I'm here in New York City this morning at the start of the AjaxWorld Conference and Expo which I'm the technical chair for this year. We expect it will be a exciting event that will bring the very latest developments in Rich User Experiences. I'll be blogging as much as I can about what's happening here -- and indeed on what seems to be a nonstop series of conferences coming up -- on this blog, on the Web 2.0 Journal, as well as on ZDNet . In fact, AjaxWorld is just the first in a several month long series of events as one Web 2.0-related happening after the other takes place. It looks like this will be capped off (at least in the first half of the year) by the expected industry blockbuster this year, the Web 2.0 Expo in San Francisco right in the middle of April.
In fact, there are a great many aspects to the way that the Web is changing and evolving in early 2007 and Ajax is only one of the elements of Web 2.0, yet it gets so much attention because it's enabling the browser to close the gap between what a Web app can do vs. a native PC application. It's also the most visually obvous (and entirely optional) aspect of a Web 2.0 application. But one things this is clear this year: Web 2.0 software models are beginning to evolve across the board.
On the Ajax side this includes everything from very exciting major changes to the Ajax Framework Dojo expected to deliver the 1.0 version this year that businesses can finally commit upon, to real offline Ajax coming of age with everybody from Brad Neuberg (details here ) to Quinebox working on making sure Web apps can literally work any time, anywhere, on or off the network, which is one of the most serious complaints about Web apps for serious work use. As for rich media (which Ajax can't do), the Flash platform is really starting to rise as well and Adobe -- which owns outright one of the few remaining vendor controlled technologies that helps run the Web today -- has Flex 2 and Apollo which could really change the RIA landscape this year. OpenLaszlo also tells a compelling story in this space as does Microsoft with WPF/E. This year really will begin the RIA technology war it seems.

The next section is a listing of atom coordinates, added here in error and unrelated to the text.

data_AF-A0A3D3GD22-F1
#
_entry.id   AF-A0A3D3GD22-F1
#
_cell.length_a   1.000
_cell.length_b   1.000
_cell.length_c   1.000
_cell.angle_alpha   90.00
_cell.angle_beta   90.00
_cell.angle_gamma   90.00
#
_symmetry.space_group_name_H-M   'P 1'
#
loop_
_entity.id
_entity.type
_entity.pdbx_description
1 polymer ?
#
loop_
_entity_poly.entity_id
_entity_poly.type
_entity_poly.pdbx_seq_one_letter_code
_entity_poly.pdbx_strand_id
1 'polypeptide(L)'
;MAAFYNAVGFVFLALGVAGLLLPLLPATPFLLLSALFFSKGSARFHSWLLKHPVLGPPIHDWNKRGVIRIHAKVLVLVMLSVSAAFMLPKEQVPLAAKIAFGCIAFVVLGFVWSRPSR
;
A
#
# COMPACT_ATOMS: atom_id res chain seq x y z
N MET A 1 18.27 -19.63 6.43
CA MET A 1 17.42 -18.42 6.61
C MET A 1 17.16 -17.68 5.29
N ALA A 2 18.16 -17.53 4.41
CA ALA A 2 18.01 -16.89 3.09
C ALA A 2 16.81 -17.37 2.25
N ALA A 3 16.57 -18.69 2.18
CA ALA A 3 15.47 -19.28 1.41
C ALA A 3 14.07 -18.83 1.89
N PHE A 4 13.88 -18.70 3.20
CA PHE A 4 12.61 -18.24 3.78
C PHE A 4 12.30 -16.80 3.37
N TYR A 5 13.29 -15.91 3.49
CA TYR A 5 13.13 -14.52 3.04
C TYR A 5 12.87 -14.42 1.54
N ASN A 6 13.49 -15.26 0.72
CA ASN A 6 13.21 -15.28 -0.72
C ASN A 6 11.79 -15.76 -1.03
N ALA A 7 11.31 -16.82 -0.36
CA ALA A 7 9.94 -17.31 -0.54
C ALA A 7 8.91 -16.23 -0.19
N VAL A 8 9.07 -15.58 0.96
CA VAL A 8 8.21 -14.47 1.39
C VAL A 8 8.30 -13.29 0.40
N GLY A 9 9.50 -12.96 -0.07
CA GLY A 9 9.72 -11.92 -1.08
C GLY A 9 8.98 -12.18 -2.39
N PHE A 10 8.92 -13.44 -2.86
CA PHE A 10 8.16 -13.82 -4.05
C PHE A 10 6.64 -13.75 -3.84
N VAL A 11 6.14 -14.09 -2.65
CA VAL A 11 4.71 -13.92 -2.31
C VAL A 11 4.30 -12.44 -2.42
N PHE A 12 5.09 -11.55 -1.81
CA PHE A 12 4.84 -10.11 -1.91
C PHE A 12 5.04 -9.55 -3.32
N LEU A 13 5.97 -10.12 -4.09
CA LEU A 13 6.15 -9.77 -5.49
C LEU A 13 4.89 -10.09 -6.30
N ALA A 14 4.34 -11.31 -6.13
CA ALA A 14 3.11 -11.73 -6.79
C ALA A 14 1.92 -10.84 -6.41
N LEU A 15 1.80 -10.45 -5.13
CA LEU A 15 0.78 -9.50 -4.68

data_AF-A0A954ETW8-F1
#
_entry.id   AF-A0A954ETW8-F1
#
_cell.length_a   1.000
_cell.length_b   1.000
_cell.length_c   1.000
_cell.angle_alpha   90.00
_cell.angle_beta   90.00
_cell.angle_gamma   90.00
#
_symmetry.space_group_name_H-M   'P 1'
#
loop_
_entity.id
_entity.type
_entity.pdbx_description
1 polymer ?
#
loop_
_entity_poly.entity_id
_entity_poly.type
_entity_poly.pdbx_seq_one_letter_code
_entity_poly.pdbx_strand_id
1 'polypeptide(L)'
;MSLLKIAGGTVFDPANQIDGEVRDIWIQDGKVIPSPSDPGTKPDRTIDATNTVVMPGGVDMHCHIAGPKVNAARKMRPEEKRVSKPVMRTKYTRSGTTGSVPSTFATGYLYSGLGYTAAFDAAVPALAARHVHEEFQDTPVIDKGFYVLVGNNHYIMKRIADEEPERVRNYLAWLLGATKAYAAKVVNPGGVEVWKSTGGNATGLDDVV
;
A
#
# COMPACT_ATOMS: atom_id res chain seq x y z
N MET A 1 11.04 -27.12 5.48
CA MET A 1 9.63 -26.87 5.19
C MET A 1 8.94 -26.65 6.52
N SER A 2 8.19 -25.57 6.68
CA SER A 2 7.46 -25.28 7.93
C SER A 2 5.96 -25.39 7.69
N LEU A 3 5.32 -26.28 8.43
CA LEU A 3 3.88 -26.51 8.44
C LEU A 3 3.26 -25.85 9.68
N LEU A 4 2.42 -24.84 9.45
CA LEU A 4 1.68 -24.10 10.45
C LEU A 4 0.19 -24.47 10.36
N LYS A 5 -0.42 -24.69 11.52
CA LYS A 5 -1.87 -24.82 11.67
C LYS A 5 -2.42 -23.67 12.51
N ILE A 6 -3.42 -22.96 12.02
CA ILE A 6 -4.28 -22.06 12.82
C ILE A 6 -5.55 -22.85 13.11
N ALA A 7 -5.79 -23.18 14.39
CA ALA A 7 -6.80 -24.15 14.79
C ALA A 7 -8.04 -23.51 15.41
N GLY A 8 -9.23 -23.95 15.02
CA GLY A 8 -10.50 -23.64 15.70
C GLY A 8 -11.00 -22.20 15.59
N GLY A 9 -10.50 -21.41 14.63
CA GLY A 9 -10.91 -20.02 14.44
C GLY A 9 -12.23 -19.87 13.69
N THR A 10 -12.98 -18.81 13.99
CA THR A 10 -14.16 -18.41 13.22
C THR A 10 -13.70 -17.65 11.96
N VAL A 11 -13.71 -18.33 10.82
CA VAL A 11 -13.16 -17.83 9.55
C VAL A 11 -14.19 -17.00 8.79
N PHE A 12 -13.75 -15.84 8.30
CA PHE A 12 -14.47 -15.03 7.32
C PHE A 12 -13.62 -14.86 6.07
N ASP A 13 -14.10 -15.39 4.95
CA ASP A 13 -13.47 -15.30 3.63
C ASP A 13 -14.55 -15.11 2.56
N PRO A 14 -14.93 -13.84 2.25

Even more intriguing, we are seeing the emergence of genuine open Web component models such as what NetVibes has come up with recently with their cross platform widget API, known as the Universal Widget API, encouraging open, cross site widget compatibility. Netvibes has made our best Web 2.0 software list two years in a row and for good reason, they remain the best Ajax start page out there and they also get how to fully leverage the Web. Finally, if you're not sure why widgets are a make or break aspect of a successful Web app today, check out my two part series (Part 1 , Part 2) on the fast rise of the DIY (aka Do it Yourself) era.
There's far, far more going on with Web 2.0 of course than the user interface story, and Architectures of Participation, social media, and the many other relentless changes taking place on the Web are often the core of the value. But as I say often, rich user experiences are now a virtually essential checkliist item for high quality Web software. When presented with a static Web page vs. a satisfying, immersive rich experience, user's will vote for the latter nearly every time. And in the flat competitive environment of the Web, you can't afford having the product that's not providing it.
Lots more soon from New York City as AjaxWorld proper gets underway tomorrow morning (Ajax Bootcamp is today which I'm leading off), we expect many announcements and new development. Stay tuned!
March 19, 2007 04:44 AM